The Zimra official said the duty-free certificates were “not available to state enterprises” but to government alone. The same applies to paying tollgate fees. Chiradza said there were some people at state enterprises who evade paying toll-gate fees claiming their vehicles belonged to the government.
“Government vehicles are clearly marked and usually they have white registration numbers,” he said. “Some people who work for parastatals sometimes abuse this system and evade paying tollgate feels claiming to be driving government cars. Vehicles belonging to state enterprises and parastatals are required to pay when they pass through our road tollgate points. The exemption from paying tollgate fees only extends to vehicles belonging to government.”
Moyo also met officials from the Comptroller and Auditor-General’s office on Tuesday to deal with issues of compliance with the law in terms of financial reporting and statements, observance of government directives and the relationship between his ministry and comptroller and auditor-general’s office. The meeting also looked into the problems the comptroller and auditor-general’s office was facing.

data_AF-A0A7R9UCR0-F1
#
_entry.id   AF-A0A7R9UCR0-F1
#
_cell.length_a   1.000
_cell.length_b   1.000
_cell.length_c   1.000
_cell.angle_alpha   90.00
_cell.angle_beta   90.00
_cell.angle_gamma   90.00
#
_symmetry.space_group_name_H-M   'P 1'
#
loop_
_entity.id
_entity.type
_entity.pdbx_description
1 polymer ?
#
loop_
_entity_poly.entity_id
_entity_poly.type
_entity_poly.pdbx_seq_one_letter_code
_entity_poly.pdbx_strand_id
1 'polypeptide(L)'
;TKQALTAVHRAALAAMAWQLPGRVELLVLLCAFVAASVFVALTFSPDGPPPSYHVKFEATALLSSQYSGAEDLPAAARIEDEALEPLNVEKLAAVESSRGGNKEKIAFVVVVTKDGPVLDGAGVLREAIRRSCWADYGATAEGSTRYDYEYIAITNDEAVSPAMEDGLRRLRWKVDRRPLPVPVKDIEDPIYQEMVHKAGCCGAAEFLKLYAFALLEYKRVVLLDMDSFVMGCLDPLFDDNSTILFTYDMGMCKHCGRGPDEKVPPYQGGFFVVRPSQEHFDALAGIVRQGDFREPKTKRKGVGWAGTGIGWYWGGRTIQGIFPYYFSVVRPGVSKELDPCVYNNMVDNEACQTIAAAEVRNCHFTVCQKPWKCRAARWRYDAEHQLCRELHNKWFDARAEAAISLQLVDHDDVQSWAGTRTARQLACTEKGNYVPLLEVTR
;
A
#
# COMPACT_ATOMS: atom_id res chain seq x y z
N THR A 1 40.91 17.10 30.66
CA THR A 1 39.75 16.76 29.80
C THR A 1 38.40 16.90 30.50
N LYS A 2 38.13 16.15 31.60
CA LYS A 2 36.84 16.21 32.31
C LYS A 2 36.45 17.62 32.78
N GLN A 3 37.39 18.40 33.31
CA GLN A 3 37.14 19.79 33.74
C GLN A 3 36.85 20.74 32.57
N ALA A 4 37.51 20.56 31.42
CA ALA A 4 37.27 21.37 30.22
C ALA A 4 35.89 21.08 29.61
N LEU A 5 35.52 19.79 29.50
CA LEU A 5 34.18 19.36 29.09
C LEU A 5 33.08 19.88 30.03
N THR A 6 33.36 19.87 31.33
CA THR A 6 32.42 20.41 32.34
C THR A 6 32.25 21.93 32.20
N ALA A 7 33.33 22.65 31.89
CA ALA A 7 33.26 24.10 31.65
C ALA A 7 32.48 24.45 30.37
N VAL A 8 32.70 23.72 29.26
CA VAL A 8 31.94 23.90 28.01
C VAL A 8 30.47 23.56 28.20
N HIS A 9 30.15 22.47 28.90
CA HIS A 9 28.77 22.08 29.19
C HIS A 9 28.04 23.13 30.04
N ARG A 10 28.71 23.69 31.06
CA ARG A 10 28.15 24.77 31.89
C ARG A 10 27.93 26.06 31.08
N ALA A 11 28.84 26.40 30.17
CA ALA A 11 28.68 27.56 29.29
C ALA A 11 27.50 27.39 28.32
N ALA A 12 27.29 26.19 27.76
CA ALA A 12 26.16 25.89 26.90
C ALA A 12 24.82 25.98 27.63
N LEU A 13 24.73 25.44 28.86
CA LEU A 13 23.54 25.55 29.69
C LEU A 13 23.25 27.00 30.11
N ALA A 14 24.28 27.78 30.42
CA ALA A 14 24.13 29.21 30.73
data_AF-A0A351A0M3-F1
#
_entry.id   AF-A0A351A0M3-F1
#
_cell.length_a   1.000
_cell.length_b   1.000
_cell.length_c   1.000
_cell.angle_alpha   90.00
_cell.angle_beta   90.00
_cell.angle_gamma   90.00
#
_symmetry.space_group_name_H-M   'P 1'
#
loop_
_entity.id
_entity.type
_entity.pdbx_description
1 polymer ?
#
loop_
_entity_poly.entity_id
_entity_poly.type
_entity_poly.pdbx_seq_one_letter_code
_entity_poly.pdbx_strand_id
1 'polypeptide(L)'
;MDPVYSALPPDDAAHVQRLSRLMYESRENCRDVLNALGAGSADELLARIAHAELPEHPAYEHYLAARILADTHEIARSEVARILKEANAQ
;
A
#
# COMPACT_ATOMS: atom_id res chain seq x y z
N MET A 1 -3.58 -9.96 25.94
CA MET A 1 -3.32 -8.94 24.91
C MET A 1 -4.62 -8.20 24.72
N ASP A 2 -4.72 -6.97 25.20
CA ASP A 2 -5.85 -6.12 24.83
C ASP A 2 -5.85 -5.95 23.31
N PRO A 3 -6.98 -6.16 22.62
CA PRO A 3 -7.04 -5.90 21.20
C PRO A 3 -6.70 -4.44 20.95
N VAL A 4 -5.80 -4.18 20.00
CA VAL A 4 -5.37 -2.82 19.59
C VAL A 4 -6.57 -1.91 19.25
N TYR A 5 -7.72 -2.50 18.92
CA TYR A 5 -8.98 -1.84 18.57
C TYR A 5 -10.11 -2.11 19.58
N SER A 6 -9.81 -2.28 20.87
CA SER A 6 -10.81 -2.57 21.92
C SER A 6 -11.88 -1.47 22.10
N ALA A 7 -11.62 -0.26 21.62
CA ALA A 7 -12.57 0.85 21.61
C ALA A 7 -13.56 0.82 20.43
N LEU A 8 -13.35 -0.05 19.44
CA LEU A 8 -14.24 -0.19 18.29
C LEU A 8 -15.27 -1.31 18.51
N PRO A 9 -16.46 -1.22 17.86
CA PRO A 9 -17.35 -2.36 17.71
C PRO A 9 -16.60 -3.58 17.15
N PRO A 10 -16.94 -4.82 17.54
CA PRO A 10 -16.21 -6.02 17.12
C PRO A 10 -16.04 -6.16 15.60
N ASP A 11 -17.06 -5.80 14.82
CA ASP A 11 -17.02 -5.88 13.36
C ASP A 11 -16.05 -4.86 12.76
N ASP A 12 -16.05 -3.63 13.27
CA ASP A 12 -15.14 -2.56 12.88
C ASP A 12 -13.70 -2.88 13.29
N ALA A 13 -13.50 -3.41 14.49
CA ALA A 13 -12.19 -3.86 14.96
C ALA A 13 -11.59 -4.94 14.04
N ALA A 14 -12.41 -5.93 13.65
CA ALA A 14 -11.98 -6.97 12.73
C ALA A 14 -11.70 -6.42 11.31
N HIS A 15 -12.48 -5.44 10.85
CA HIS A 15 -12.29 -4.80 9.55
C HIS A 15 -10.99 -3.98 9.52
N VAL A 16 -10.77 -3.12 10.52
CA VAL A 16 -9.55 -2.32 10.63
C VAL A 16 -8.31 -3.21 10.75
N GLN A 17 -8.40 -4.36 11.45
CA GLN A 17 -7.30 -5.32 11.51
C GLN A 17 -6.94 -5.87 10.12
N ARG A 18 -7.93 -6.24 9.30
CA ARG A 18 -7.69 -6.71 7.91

On the same day Moyo also met Reserve Bank governor Gideon Gono to discuss the state of parastatals and turnaround strategies. He also had meetings with the ambassadors of Australia and Sweden which focused on parastatal reforms, corporate governance, legislative reviews, restructuring and the inter-parastatal debt.
Officials from the comptroller and auditor-general’s office expressed concerns about how parastatals were being run, especially with regard to compliance with auditing requirements.